So imagine.  Imagine what would happen if Apple took the high road, then backed up the words with serious, solid, perhaps expensive action.  Action that would change a global dynamic, showing that it is possible to be very profitable, very global, and very human-centered.  $96 billion gives Apple the ability to do something truly incredible. 

In addition to the actual improvement of the global condition, I bet a lot of folks would be impressed with the company - and would be inclined to buy its products.

Share Button

8 Responses to "Beyond Just Words – What Apple Could Do"

  • Mark Welch
    30 January 2012 - 2:07 pm

    I agree with you on all points, Kevin. The sad thing is, they didn’t get to $96 billion by caring a single tidbit about people, and that’s not about to change as long as the laws in China don’t change. That’s what’s needed for change. Apple won’t change these practices on their own. They don’t seem to care about ethical issues, but they would be more likely to comply with labor laws, which they claim they are doing now (and those laws are ridiculous). That is their standard retort: “We’re complying with the law.” I’m confident they’re figuring this firestorm of negative publicity will blow over and it’ll be back to business as usual.

    Yes, they’re in position to do something incredible, but they won’t, because putting people first didn’t get them to where they are. Trampling the weak and hurdling the dead is what got them there, and they’re not going to dance with the new girl who didn’t bring them to the dance to begin with.

    Cynical? No. Just realistic. The fact that they’re sitting on $96 billion tells us what their priority is, and it’s not people, regardless of how many workers have attempted or completed suicide attempts.

  • terry Durbin
    31 January 2012 - 6:31 am

    This is an excellent article, Kevin, and sets a robust challenge for Apple. And also for yourself. Put down the iPad. Switch to an Android based phone. Go back to a PC.

    If the issues are significant enough to justify Apple taking “serious, solid, perhaps expensive action” are they not significant enough for you to take, at least symbolic, action? Your position as a Lean voice provides a platform from which to demonstrate commitment as well as a pulpit from which to preach it.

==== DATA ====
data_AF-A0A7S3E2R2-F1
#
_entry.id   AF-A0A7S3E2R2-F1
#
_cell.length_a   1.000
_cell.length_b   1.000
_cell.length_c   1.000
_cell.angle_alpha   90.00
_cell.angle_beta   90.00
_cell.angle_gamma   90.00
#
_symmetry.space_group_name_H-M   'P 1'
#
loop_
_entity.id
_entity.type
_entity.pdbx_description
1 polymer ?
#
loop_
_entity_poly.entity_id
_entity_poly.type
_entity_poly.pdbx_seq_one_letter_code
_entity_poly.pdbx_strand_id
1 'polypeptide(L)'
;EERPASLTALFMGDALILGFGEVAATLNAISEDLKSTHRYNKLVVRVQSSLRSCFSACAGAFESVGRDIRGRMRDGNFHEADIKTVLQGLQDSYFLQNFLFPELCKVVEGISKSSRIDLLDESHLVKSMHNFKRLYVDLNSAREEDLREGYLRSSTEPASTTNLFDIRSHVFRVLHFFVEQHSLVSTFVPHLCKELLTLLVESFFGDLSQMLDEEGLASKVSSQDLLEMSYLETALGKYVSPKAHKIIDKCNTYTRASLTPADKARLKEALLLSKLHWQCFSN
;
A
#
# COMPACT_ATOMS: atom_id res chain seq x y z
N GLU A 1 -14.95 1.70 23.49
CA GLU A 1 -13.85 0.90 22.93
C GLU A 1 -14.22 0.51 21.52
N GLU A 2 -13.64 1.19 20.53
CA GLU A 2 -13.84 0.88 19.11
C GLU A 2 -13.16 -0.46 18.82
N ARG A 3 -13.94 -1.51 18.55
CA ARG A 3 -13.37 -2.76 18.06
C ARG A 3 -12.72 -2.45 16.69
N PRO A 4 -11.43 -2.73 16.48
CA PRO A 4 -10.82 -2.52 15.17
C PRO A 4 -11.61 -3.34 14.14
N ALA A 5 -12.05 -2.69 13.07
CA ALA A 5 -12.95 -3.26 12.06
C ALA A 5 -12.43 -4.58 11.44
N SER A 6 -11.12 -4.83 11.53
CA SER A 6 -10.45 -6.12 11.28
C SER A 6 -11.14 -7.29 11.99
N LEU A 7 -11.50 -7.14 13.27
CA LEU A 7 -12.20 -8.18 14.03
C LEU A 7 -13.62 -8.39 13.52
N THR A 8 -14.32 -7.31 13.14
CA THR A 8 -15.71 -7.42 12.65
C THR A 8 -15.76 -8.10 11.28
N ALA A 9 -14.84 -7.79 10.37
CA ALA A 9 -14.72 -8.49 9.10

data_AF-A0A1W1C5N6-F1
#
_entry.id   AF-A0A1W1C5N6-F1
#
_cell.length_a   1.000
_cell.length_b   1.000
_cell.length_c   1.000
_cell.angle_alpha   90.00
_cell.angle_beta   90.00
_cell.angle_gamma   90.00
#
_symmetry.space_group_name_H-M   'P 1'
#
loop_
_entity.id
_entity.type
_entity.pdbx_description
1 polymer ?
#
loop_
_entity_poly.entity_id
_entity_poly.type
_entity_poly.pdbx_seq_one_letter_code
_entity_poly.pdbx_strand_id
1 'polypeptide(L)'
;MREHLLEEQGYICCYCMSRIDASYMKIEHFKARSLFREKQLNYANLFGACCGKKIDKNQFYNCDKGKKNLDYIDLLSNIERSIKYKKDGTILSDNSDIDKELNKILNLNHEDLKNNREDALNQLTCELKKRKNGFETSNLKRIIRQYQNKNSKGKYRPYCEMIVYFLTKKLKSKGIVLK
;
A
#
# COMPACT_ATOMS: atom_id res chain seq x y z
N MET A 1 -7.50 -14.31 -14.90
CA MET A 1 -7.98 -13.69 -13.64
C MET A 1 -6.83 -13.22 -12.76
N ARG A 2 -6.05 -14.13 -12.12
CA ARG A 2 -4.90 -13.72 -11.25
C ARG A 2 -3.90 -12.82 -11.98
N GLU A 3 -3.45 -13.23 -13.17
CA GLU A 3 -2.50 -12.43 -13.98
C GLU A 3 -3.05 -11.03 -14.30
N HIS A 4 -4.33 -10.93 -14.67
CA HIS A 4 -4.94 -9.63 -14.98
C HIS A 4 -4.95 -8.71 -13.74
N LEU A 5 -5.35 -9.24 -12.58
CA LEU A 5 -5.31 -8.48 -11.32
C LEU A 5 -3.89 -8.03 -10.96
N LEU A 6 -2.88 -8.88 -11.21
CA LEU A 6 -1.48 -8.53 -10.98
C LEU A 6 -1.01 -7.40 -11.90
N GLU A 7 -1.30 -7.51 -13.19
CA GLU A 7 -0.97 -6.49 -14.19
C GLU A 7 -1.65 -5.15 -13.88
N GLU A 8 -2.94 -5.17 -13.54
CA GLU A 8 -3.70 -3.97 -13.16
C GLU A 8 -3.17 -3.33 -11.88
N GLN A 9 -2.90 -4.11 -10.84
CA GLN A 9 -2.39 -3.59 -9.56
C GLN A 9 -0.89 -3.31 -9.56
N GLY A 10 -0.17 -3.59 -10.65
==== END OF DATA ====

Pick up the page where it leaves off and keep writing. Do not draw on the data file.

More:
I do not use Apple products for all the reasons you stated in your blog. I know that the conditions in the factories where my Samsung phone was made may be every bit as poor as at Foxconn, but Apple is the bell-cow for this issue, and therefore the brand which should be targeted for our statements.

  • Jeff
    31 January 2012 - 6:48 am

    Kevin,

    What role does the ease of doing business in China play? Cheap labor is one motivator but I wonder if the dramatic lack of interference from government and NGO’s in setting up and running manufacturing is not a large factor. The amout of paper work and permits needed to set up a factory in California (and the ongoing costs) have to be a major driver.

  • Mark Graban
    31 January 2012 - 10:07 am

    Thanks for the shoutout.

    “They do audit their supplier’s factories more than most companies.”

    You’re right to say they need more than spot audits. It sounds like the Foxconn factory needs some full-time adult supervision.

    They certainly need to start “thinking different” (bad grammar…)

  • Mark Graban
    31 January 2012 - 10:08 am

    One other thought — yes, Apple has $96B, but many of the changes don’t require much money (like job rotation and proper ergonomics). As Mike Daisey said, somebody just has to give a damn.

  • Chris Mahan
    31 January 2012 - 10:27 am

    don’t ask apple management to do something you won’t do yourself. Stop using their products. Take your loss. Then move on. They have no incentive to stop until they haveno customers. Sell your shares. Mothball the hardware, and bemoan DRM’s effect on your precious music collection. I don’t own apple products, don’t own shares, etc.

  • Pramar
    14 March 2012 - 9:23 pm

    he had wanted to keep Apple mtaufncauring in the U.S. but all the insane government rules, made it so complex and expensive for him to do so and create one problem after another for him. So he was basically pushed to move it abroad to get his products made and on time. Thought that was an interesting perspective.Again, as usual, the root of the problem originates in Washington and the way they shape and enforce insane policies that destroy jobs, destroy companies from being able to hire enough people, etc (Just listen to Peter Schiff Radio, and how he wants to create more jobs because he needs to expand yet can’t because of insane government rules! Instead he has to open offices abroad. And listen to Gibson guitar, how the government is harassing them and forcing them to lay off people.)